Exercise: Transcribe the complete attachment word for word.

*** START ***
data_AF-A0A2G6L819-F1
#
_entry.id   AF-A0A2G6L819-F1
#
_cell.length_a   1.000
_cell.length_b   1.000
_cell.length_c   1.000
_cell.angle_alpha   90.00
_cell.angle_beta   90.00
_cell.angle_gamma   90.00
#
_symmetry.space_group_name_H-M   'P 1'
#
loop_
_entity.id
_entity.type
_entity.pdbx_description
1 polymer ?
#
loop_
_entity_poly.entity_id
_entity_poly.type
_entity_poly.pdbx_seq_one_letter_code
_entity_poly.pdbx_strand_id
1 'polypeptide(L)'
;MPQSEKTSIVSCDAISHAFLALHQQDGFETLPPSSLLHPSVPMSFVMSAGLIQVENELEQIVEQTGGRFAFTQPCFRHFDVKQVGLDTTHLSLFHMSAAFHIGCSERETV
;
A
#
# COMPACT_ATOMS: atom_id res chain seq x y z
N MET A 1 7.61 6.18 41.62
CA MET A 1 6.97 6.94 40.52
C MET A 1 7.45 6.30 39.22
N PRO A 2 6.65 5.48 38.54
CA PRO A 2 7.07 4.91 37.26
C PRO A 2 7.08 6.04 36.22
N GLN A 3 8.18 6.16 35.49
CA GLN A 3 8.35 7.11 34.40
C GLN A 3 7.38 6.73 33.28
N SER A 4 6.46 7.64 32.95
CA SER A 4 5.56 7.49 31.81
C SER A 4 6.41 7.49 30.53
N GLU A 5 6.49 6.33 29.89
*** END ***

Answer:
data_AF-A0A2G6L819-F1
#
_entry.id   AF-A0A2G6L819-F1
#
_cell.length_a   1.000
_cell.length_b   1.000
_cell.length_c   1.000
_cell.angle_alpha   90.00
_cell.angle_beta   90.00
_cell.angle_gamma   90.00
#
_symmetry.space_group_name_H-M   'P 1'
#
loop_
_entity.id
_entity.type
_entity.pdbx_description
1 polymer ?
#
loop_
_entity_poly.entity_id
_entity_poly.type
_entity_poly.pdbx_seq_one_letter_code
_entity_poly.pdbx_strand_id
1 'polypeptide(L)'
;MPQSEKTSIVSCDAISHAFLALHQQDGFETLPPSSLLHPSVPMSFVMSAGLIQVENELEQIVEQTGGRFAFTQPCFRHFDVKQVGLDTTHLSLFHMSAAFHIGCSERETV
;
A
#
# COMPACT_ATOMS: atom_id res chain seq x y z
N MET A 1 7.61 6.18 41.62
CA MET A 1 6.97 6.94 40.52
C MET A 1 7.45 6.30 39.22
N PRO A 2 6.65 5.48 38.54
CA PRO A 2 7.07 4.91 37.26
C PRO A 2 7.08 6.04 36.22
N GLN A 3 8.18 6.16 35.49
CA GLN A 3 8.35 7.11 34.40
C GLN A 3 7.38 6.73 33.28
N SER A 4 6.46 7.64 32.95
CA SER A 4 5.56 7.49 31.81
C SER A 4 6.41 7.49 30.53
N GLU A 5 6.49 6.33 29.89